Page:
To replace older combi boiler?

On 29/12/2017 18:24, mechanic wrote:

This wasn't diy, it was a £10 million refurb that took building regs into account and the cladding might not have been a problem if the insulation had been rockwool instead of 'fire resistant' celotex. All manner of 'experts' were happy with this work.
It was an unfortunate combination of events that caused this fire and I suspect the worst mistake was allowing the stairwell to become full of smoke. The enquiry will reveal all.
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At the time of the fire, the 'cellotex' website said quite clearly this cladding wasn't suitable for high rise use. Soon removed from that site.

Yes. Just why the escape route became unusable so quickly is the main point. Let's hope it does all come out, and the same mistakes never made again. Sadly, I'm being very optimistic.
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Dave Plowman snipped-for-privacy@davenoise.co.uk London SW
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On Fri, 29 Dec 2017 18:34:25 +0000

Taking care is not sufficient - some DIYers lack the insight to recognise the limits of their competence, or the possible consequences of their actions.
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If someone is competent to work on water, what makes you say the principles for gas are any different? The outcome of faulty work may well be - but that's a different argument.
Would you be quite happy if a pro plumber installed pipework that leaked, but only unhappy if it happened with gas?
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Dave Plowman snipped-for-privacy@davenoise.co.uk London SW
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More unhappy, yes. And while techniques are similar they are not exactly the same. So they would only be competent if they read up about gas plumbing.
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Roger Hayter

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If you already have all the skills needed for plumbing, moving on to gas requires little extra. But I'm not suggesting you use push fit plumbing for gas. ;-)
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Dave Plowman snipped-for-privacy@davenoise.co.uk London SW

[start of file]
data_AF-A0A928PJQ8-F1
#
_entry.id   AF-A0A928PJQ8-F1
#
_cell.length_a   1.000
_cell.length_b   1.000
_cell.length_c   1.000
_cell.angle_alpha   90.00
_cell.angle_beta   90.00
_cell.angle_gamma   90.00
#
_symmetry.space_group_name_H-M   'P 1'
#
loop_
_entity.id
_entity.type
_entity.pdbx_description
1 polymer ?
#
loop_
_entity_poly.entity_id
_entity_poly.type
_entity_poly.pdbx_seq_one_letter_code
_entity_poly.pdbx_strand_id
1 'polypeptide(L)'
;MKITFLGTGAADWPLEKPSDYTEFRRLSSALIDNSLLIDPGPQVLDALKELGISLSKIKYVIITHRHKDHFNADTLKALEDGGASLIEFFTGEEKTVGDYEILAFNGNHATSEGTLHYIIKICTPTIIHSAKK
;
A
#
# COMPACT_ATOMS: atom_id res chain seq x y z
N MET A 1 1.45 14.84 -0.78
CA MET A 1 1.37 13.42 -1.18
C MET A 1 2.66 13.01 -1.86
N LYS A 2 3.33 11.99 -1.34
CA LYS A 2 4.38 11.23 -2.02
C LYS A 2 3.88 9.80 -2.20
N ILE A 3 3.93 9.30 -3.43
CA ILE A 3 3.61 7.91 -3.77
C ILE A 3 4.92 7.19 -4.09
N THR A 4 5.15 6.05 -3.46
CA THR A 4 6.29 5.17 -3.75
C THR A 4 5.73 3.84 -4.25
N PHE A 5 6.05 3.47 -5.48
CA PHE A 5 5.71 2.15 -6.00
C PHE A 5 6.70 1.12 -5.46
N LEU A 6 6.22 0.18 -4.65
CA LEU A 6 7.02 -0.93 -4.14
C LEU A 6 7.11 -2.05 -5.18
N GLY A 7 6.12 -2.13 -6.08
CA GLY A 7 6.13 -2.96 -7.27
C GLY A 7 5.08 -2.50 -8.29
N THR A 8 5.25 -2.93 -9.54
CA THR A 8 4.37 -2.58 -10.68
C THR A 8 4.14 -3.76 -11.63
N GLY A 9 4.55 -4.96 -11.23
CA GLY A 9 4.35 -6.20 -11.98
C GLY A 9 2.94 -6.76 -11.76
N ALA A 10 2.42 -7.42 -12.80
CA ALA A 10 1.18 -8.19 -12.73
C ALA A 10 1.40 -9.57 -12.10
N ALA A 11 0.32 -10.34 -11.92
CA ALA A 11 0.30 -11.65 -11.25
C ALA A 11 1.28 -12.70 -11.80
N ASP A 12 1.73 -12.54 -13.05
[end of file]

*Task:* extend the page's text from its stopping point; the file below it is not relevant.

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On 30/12/2017 17:50, Dave Plowman (News) wrote:

The plumbing aspect is one part of it, but there is obviously more to be aware of. Accidents with the gas side of things are very rare, but problems with CO poisoning are more common. So understanding the requirements for flue placement and assembly, adequate ventilation etc are equally important. Also worth noting that someone skilled in plumbing will generally be able to tackle most plumbing jobs, but gas skills are slightly more modular - so being competent to install a boiler does not imply you are aware of the specific requirements for an unflued device like a hob for example.
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Thought it was perfectly 'legal' for anyone to connect a gas cooker to the plug in type connector. Are the requirements of a hob only somehow different? Although I do know the plug in type of connector isn't allowed for a fixed hob.
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Dave Plowman snipped-for-privacy@davenoise.co.uk London SW
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On 31/12/2017 00:14, Dave Plowman (News) wrote:

I have seen a number of discussions revolving around BS 6172 which say that either Fixed or Flexible connection can be made to hobs, unless the Manufacturer's Instructions say Rigid only.